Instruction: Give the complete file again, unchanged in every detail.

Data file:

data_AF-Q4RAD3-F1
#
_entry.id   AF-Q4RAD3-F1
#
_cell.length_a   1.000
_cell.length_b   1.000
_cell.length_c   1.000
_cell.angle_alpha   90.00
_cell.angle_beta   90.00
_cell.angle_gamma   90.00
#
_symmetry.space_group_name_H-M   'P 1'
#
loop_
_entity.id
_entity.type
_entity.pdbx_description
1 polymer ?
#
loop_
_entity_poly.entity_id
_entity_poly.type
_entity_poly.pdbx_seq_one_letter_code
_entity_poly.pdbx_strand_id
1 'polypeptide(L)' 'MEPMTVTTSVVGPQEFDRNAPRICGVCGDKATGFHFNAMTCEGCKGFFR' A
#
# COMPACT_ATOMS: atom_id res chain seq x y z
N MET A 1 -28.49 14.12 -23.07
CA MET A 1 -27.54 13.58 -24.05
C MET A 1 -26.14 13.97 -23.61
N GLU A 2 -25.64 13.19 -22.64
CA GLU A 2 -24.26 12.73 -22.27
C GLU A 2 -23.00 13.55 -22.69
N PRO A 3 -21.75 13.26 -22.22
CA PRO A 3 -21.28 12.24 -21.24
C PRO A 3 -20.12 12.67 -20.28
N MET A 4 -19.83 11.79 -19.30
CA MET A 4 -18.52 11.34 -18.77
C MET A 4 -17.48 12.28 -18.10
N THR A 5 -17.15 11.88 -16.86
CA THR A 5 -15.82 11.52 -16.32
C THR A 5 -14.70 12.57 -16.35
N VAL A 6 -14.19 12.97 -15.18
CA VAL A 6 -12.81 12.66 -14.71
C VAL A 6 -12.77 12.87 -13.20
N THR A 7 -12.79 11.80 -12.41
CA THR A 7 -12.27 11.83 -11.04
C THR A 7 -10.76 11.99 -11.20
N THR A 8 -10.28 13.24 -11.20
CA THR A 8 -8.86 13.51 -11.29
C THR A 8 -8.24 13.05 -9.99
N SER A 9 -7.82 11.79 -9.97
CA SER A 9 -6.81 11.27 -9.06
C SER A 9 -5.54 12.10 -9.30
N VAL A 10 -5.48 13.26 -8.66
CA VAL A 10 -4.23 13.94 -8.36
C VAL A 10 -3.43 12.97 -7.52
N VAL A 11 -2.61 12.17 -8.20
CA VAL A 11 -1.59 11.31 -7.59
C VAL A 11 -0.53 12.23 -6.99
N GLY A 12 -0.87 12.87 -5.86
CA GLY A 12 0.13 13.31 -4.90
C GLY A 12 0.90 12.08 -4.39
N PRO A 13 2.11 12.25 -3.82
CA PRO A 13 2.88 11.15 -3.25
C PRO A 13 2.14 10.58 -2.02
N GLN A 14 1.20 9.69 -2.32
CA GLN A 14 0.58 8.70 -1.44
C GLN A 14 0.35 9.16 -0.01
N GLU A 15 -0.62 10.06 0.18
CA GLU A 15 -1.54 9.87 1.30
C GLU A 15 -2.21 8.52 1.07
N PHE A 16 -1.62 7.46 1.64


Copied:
data_AF-Q4RAD3-F1
#
_entry.id   AF-Q4RAD3-F1
#
_cell.length_a   1.000
_cell.length_b   1.000
_cell.length_c   1.000
_cell.angle_alpha   90.00
_cell.angle_beta   90.00
_cell.angle_gamma   90.00
#
_symmetry.space_group_name_H-M   'P 1'
#
loop_
_entity.id
_entity.type
_entity.pdbx_description
1 polymer ?
#
loop_
_entity_poly.entity_id
_entity_poly.type
_entity_poly.pdbx_seq_one_letter_code
_entity_poly.pdbx_strand_id
1 'polypeptide(L)' 'MEPMTVTTSVVGPQEFDRNAPRICGVCGDKATGFHFNAMTCEGCKGFFR' A
#
# COMPACT_ATOMS: atom_id res chain seq x y z
N MET A 1 -28.49 14.12 -23.07
CA MET A 1 -27.54 13.58 -24.05
C MET A 1 -26.14 13.97 -23.61
N GLU A 2 -25.64 13.19 -22.64
CA GLU A 2 -24.26 12.73 -22.27
C GLU A 2 -23.00 13.55 -22.69
N PRO A 3 -21.75 13.26 -22.22
CA PRO A 3 -21.28 12.24 -21.24
C PRO A 3 -20.12 12.67 -20.28
N MET A 4 -19.83 11.79 -19.30
CA MET A 4 -18.52 11.34 -18.77
C MET A 4 -17.48 12.28 -18.10
N THR A 5 -17.15 11.88 -16.86
CA THR A 5 -15.82 11.52 -16.32
C THR A 5 -14.70 12.57 -16.35
N VAL A 6 -14.19 12.97 -15.18
CA VAL A 6 -12.81 12.66 -14.71
C VAL A 6 -12.77 12.87 -13.20
N THR A 7 -12.79 11.80 -12.41
CA THR A 7 -12.27 11.83 -11.04
C THR A 7 -10.76 11.99 -11.20
N THR A 8 -10.28 13.24 -11.20
CA THR A 8 -8.86 13.51 -11.29
C THR A 8 -8.24 13.05 -9.99
N SER A 9 -7.82 11.79 -9.97
CA SER A 9 -6.81 11.27 -9.06
C SER A 9 -5.54 12.10 -9.30
N VAL A 10 -5.48 13.26 -8.66
CA VAL A 10 -4.23 13.94 -8.36
C VAL A 10 -3.43 12.97 -7.52
N VAL A 11 -2.61 12.17 -8.20
CA VAL A 11 -1.59 11.31 -7.59
C VAL A 11 -0.53 12.23 -6.99
N GLY A 12 -0.87 12.87 -5.86
CA GLY A 12 0.13 13.31 -4.90
C GLY A 12 0.90 12.08 -4.39
N PRO A 13 2.11 12.25 -3.82
CA PRO A 13 2.88 11.15 -3.25
C PRO A 13 2.14 10.58 -2.02
N GLN A 14 1.20 9.69 -2.32
CA GLN A 14 0.58 8.70 -1.44
C GLN A 14 0.35 9.16 -0.01
N GLU A 15 -0.62 10.06 0.18
CA GLU A 15 -1.54 9.87 1.30
C GLU A 15 -2.21 8.52 1.07
N PHE A 16 -1.62 7.46 1.64